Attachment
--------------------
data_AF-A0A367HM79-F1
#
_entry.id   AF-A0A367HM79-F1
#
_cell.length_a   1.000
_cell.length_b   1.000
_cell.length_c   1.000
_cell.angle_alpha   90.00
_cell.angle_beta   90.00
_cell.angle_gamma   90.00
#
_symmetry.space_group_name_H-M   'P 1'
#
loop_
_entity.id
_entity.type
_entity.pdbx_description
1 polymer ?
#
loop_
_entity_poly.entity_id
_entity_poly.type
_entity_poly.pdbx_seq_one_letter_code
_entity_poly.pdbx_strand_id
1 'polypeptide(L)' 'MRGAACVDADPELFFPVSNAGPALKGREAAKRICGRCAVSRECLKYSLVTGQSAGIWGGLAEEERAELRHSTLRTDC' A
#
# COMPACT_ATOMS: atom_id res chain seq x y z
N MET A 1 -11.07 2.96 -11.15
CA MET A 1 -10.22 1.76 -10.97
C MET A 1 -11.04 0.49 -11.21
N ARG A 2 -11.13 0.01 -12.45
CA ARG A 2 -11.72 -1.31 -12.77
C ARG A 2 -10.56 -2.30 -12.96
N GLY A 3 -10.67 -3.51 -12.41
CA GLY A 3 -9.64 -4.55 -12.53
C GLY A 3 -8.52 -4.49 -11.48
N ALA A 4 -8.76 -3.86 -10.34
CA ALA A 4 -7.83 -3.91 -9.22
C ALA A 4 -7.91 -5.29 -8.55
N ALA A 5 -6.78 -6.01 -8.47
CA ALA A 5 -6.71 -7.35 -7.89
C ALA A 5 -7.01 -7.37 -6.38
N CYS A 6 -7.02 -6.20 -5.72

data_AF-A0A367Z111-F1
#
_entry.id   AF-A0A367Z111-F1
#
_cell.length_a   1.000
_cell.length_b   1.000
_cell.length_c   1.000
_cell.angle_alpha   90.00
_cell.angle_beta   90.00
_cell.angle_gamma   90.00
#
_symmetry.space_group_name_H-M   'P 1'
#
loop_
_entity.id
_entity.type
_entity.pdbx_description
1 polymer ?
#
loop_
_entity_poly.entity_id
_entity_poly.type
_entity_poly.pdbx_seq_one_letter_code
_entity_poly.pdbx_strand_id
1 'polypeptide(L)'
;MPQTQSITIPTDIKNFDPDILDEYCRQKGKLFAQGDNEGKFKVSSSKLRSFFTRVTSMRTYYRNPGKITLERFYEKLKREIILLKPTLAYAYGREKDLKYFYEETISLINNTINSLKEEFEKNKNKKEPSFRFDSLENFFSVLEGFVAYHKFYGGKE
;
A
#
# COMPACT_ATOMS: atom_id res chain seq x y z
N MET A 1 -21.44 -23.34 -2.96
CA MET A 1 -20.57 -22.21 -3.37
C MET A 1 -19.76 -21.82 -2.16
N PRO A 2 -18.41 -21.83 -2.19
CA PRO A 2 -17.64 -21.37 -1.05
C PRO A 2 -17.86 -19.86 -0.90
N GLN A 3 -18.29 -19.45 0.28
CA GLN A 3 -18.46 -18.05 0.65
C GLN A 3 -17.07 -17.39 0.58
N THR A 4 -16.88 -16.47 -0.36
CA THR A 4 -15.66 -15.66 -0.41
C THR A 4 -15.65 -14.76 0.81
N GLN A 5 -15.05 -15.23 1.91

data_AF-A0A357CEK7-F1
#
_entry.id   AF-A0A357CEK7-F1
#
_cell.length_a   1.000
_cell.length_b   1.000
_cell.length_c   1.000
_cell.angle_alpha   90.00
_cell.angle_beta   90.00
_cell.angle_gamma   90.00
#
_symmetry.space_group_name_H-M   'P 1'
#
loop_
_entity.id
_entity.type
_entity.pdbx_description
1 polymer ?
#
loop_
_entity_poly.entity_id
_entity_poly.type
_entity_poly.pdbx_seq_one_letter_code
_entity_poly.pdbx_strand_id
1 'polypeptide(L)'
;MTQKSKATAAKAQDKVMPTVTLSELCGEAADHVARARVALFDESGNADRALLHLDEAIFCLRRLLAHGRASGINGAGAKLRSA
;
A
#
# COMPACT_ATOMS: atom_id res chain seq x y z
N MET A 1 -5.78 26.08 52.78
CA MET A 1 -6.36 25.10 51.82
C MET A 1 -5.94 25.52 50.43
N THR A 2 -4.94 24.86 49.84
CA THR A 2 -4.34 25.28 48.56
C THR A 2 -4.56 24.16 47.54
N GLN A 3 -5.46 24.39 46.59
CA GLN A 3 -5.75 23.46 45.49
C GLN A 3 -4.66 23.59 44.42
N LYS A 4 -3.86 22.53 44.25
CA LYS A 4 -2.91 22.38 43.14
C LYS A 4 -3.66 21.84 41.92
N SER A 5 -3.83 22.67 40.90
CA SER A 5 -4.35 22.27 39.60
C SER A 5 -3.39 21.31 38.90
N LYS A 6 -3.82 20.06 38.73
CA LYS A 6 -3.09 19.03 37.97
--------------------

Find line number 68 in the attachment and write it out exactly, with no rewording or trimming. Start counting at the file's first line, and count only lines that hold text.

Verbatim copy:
1 'polypeptide(L)'